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Ocean Surface Structure Assimilation at NRL

From the Summer 2015 issue of the JCSDA Quarterly

Forecasting the ocean surface stratification throughout the mixed layer is critically important to fisheries management, anticipation of harmful algal blooms and hypoxic events, search and rescue, disaster response, and safety at sea. Ocean processes that control the surface mixed layer development can be discerned from satellite measurements. These measurements include satellite altimetry, which observes the ocean mesoscale conditions controlling the underlying stratification and rate of entrainment at the mixed layer base. Surface temperature observations from infrared and microwave sensors are linked to the thermal content within the mixed layer. The surface winds and waves-observed by scatterometers, passive microwave sensors, altimeters, and synthetic aperture radars-inject turbulent energy at the ocean surface that mixes downward and sustains the mixed layer. In addition, surface latent and sensible heat fluxes, along with incoming solar and outgoing longwave radiation, are critical controllers of the ocean surface structure properties. The distribution of mixed layer depth in Figure 1 is an example of the combined effects of these processes.

Surface fluxes of latent and sensible heat are typically computed in ocean models using bulk parameterizations (e.g., Fairall et al., 2003) that depend on surface air temperature, humidity, neutrally buoyant winds, and ocean surface temperature. The flux parameterizations are based on observations obtained with precise instrumentation near the ocean surface during science experiments. Because meteorological models approximate this domain within the planetary boundary layer, there are errors in the information from the models. Similarly, ocean models directly use surface shortwave and longwave radiative fluxes that have been calculated by the meteorological models, which are also subject to error. These can lead to long-term biases when the atmospheric forecasts contain systematic errors. Quantifying these errors is the motivation for turning to satellite observations from SSMIS, AMSU, AMSR2, ATMS, and other sensors to directly measure the near surface atmosphere and derive surface radiation estimates.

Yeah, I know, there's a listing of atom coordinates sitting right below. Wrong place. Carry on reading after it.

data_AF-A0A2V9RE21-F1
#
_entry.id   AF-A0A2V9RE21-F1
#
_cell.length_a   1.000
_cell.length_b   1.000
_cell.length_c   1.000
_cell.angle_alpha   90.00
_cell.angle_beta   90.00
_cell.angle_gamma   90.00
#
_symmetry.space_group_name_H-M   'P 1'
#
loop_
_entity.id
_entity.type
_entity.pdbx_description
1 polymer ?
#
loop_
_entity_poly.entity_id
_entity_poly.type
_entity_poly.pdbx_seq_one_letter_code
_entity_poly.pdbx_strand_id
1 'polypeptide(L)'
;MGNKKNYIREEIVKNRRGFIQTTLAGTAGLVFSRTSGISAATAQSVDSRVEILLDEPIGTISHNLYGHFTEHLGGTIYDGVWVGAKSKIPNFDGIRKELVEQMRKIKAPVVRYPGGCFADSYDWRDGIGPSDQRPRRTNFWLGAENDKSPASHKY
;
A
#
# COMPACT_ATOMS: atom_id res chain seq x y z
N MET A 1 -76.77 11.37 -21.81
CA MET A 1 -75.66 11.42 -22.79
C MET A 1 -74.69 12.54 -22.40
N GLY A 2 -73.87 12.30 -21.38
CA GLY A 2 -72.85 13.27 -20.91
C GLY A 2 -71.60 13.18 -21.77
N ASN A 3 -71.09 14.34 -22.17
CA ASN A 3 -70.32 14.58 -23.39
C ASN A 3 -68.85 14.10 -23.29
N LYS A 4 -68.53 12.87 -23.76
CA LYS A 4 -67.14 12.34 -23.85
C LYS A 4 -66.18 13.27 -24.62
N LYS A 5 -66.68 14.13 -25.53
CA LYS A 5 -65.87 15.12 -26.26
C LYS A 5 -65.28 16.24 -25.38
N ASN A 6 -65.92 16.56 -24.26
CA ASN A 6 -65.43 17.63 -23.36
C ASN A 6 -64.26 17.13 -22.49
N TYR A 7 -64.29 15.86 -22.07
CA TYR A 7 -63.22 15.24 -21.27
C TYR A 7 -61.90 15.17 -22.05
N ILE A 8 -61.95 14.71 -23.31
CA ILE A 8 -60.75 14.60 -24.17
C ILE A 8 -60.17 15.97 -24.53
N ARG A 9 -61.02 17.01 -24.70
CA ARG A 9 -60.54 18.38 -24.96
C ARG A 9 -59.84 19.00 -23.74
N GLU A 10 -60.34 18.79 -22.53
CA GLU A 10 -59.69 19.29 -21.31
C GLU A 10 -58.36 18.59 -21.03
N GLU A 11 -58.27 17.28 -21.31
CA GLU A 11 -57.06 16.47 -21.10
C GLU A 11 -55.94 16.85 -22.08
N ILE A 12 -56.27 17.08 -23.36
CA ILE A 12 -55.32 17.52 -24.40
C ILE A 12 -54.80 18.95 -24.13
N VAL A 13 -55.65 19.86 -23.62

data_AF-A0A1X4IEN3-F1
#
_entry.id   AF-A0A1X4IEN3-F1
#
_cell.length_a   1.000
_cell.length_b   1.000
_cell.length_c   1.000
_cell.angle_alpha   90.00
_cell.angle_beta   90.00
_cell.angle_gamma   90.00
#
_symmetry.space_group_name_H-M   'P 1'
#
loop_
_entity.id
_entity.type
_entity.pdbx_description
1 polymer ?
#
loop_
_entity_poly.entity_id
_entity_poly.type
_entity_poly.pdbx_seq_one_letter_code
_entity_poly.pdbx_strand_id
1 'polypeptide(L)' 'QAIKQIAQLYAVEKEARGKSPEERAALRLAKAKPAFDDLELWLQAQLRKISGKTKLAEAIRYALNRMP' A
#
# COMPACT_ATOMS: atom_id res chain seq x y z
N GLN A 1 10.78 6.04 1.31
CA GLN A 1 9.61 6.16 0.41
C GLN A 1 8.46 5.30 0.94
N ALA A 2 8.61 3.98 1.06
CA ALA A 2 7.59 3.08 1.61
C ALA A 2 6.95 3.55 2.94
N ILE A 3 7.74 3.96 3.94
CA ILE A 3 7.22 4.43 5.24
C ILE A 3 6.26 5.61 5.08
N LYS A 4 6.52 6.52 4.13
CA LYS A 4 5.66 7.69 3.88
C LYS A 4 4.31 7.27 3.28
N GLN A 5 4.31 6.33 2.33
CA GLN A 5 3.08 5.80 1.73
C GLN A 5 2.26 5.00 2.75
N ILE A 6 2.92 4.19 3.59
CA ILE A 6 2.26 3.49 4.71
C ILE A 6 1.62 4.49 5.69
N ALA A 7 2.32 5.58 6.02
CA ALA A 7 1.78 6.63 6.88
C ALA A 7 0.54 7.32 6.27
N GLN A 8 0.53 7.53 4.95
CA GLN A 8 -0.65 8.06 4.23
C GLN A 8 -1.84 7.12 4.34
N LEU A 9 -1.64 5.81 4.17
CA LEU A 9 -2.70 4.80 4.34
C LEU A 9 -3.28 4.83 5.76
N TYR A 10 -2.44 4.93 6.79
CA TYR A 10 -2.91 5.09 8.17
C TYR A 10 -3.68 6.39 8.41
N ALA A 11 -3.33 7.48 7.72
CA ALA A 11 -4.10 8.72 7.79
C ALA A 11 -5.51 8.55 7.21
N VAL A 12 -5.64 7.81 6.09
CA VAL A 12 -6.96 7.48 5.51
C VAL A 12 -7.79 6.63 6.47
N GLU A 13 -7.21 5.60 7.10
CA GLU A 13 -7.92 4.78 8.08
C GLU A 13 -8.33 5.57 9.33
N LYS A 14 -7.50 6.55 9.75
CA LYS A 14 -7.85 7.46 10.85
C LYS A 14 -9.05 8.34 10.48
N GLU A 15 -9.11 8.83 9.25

Mixed layer depth in the Gulf of Mexico

Figure 1. The mixed layer depth (m) in the northeastern Gulf of Mexico forecasted by a 1-km resolution model covering the full Gulf for April 1, 2015. Deep mixed layers are associated with anticyclones, such as the large red Loop Current eddy in the southern portion of the domain, and smaller submesoscale eddies in the northern domain. Frontogenesis driven by these eddies produces filaments of thinned mixed layer entrained within the eddy field.


At the Ocean Dynamics and Prediction Branch of the Naval Research Laboratory (NRL), we have developed the NRL Ocean Surface Flux System (NFLUX). NFLUX uses a range of satellite sensors to observe the surface air temperature, moisture, and wind speed. It blends these observations with atmospheric model forecast fields in 2DVar analyses, estimating bias corrections to be applied before the turbulent fluxes are calculated for the ocean model.

These sensors have not traditionally been used to retrieve the surface flux parameters, so new retrieval algorithms have been developed. The algorithms are tuned based on ship observations from the regular network of returned Ship of Opportunity Program (SOOP) information from cargo ships and research vessels. In the future, we plan to move from the initial simple retrieval approach to a more correct physical retrieval through a radiative transfer model. Comparisons of both the observed parameters and the calculated heat fluxes with in situ buoy and ship measurements show that the assimilation of the satellite retrievals reduces global bias and RMS error statistics from the original atmospheric forecasts of the Navy Global Environmental Model (NAVGEM).